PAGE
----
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What to do with the House

Posted by Richard Price | Sep 06, 2008 | 0 Comments

 

I have been seeing more and more divorces where the parties remain in the same house for a significant period of time after they have officially “separated”. A recent article in the San Diego Tribune discussed the phenomenom and suggested some creative solutions for house problems. Fortunately, the housing market here in North Texas is better than the one described in San Diego, but there are still serious problems experienced by divorcing spouses here. Because of the way mortgages were being offered in the last few years, more and more people are experiencing housing crises. Sometimes, sharing a house can save the parties a great deal of money by postponing the need for one or both parties to buy or rent another residence. That may make it possible to pay down their debts and maybe save up enough to afford a new home. Of course, whether that is feasible depends on how well the parties get along. Even if the parties aren't getting along very well, it may be possible for them to get counseling just to help them learn how to get along on a limited basis for the greater good. When there are children involved, improving the parents' behavior can have added benefits for the children as well as the parents. Here are some possible strategies for dealing with a personal housing crisis.

1. Forget about making a killing in the real estate market — just sell the house now! Most houses require some fix-up to get ready to sell. If the spouses will act like adults and work together (or just divide up the jobs), they can do some fix up and then come out in better financial condition. Once the house is fixed up, they need to cooperate in showing the house and keeping it in presentable condition.

2. Borrow money to avoid foreclosure until you can sell. Foreclosure really hurts your credit score, so if there's something left to protect, you should keep searching for sources of funds to borrow to make your payments until the house sells.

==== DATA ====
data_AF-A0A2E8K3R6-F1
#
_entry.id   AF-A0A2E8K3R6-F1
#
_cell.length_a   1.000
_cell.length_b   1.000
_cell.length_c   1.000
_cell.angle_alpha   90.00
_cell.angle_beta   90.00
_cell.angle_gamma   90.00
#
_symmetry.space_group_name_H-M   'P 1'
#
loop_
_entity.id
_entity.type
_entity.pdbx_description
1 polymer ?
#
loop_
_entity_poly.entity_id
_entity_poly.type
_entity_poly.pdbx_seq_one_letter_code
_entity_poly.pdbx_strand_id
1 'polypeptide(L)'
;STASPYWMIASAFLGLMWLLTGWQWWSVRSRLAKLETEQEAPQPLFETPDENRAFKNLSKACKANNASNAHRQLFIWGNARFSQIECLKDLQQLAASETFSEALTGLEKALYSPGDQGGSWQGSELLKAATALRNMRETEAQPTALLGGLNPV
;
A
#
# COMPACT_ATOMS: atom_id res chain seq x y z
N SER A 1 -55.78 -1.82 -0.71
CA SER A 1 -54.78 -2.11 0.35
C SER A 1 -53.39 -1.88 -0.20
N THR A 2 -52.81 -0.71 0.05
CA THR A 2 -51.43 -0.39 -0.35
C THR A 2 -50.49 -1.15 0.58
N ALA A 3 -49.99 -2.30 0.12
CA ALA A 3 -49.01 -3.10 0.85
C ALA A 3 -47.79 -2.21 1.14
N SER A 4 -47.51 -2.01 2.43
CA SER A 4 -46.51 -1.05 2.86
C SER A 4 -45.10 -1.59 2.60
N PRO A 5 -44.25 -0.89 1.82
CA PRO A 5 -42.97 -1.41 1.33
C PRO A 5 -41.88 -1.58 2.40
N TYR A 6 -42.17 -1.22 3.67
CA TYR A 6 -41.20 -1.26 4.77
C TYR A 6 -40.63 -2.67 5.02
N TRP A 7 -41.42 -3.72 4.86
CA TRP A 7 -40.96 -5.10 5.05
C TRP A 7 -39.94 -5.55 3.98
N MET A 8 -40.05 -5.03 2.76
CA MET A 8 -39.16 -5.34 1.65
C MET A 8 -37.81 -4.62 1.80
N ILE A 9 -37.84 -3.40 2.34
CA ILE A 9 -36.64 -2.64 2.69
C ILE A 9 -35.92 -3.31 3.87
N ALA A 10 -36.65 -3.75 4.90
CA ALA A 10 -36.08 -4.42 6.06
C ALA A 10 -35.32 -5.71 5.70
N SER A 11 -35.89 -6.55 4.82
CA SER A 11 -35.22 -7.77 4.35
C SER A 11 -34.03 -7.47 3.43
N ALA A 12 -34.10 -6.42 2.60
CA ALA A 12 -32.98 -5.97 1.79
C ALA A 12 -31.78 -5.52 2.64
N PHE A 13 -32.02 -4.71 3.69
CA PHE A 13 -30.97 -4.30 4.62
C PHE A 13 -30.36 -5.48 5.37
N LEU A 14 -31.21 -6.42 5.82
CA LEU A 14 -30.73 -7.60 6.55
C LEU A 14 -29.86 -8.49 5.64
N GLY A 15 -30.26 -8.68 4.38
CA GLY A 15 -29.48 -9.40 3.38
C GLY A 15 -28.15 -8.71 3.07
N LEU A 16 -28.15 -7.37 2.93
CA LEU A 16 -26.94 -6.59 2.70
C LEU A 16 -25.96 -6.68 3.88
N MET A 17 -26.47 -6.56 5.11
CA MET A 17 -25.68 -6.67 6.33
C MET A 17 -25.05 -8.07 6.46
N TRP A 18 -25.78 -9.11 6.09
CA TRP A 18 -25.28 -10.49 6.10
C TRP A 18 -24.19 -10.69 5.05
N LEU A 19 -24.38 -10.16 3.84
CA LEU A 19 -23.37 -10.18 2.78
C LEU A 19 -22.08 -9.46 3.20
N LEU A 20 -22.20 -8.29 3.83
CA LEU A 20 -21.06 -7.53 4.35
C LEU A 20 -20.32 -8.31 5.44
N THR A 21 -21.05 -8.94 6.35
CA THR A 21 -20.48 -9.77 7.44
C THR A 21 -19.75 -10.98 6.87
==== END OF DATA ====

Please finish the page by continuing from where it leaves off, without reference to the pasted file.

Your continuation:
3. Divide up the house and each spouse can use parts of it. How difficult that is depends on how well the parties get along. If the parties coexist well, they can share a house for quite a while and split the expenses. If they don't get along, this isn't much of an option. If the finances are really in bad shape, one or both of the spouses need to make some adjustments in behavior so they can share the space without going to war.

4. If there are kids, use a bird nesting approach. In that system, the kids stay in the house and the parents take turns staying in the house while the other stays in an apartment or with family or friends. It provides stability for the children and gives each parent quality time with the kids.

5. Bring in the experts. You can work with a financial planner to come up with possible solutions that fit your financial ability and needs. Even though you may have run out of ideas for solutions, there may well be some ways to work through the situation. An expert in personal finances in divorces may help you discover new solutions. In addition, a mortgage broker may be able to find creative ways to refinance or get money out of the house, if needed.

If all else fails, you can have a receiver appointed and get the house sold to avoid foreclosure. That is a last resort because there often is little equity remaining after the sale.

Thanks to a post about the article that appeared in the Houston Divorce and Family Law Attorney Blog, always a source of interesting and varied posts.

About the Author

Richard Price

It's a good idea to know something about your attorney before you hire him or her. Most people prefer an experienced and knowledgeable attorney. The following is a brief description of the practice of Richard C “Dick”  Price, followed by a list of his professional honors, memberships, educational background and activities.  He has practic...

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